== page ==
I was so lucky to be working with the most vibrant family of all, and sharing meals around a table where laughter could always be heard. I was volunteering with a project in a previously abandoned apartment block, just north of the centre. One by one, Philip, with help of volunteers, was renovating each apartment to rent out. The building was gorgeously light with high ceilings, big doors and ornate decorations which had to be preserved. Each day held painting, plastering or working to maintain the large garden and allotment, but was always filled with an international blend of music, searching conversations and laughter. With Philip and his family, we ended the work day always by cooking together and enjoying the most random and far flung topics of conversation in a mix of German and English. I felt immediately at home as I was welcomed into a vibrant family life where friday nights were hours on end of Mario Kart, board games until the early hours, debates, impromptu Karaoke and cult films.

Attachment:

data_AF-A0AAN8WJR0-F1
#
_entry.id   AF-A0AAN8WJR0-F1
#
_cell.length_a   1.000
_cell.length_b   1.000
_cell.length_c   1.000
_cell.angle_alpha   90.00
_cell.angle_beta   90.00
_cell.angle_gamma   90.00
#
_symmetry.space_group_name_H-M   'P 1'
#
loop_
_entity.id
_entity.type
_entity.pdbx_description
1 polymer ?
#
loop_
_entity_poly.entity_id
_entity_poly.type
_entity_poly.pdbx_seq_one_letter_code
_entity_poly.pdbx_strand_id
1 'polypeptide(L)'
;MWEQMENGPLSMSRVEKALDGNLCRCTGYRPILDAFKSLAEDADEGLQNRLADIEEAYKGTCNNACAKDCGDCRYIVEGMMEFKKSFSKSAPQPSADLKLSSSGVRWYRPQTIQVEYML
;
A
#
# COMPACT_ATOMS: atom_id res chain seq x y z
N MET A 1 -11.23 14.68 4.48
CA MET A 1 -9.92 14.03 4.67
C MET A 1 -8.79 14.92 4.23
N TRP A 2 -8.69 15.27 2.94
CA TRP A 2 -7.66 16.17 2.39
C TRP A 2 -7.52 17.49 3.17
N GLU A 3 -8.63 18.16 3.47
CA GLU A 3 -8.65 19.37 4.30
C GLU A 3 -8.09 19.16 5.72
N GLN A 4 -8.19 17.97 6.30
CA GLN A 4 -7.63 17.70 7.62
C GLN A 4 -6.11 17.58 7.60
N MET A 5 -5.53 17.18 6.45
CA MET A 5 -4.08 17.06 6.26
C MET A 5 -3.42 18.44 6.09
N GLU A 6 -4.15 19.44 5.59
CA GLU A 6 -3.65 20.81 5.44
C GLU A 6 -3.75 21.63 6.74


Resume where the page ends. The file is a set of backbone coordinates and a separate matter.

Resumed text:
The marks of life under DDR still are represented throughout this beautiful city. In a society where religion was surpressed, most of the churches were destroyed, including Paulinekircher which survived the WW2 bombings but was dynamited under communist rule. The university rebuilt a beautiful building on the site of the destroyed church to memorialise it. Behind the Iron Curtain was a life of suspicion and reporting. Life was difficult for many people and development in the city was stilted. Maybe for that reason, a large vein of forest spans the centre of the city, following the River Elster. On a sunny day, many people sit outside with picnics, socialising with beers or riding bikes to one of the many ‘Sees’ in the city. It is a glimpse of the Leipzig lifestyle. With a mass exodus of people after the fall of the DDR, many buildings fell into disrepair. As they begin to be reimagined, Leipzig is a lively, artistic and musical place. The Spinnerei, a former cotton factory, is now a space filled with exhibitions and a small underground cinema. We made the most of visiting climbing and bouldering halls, as well as trampoline parks which all inhabit huge, previously abandoned spaces.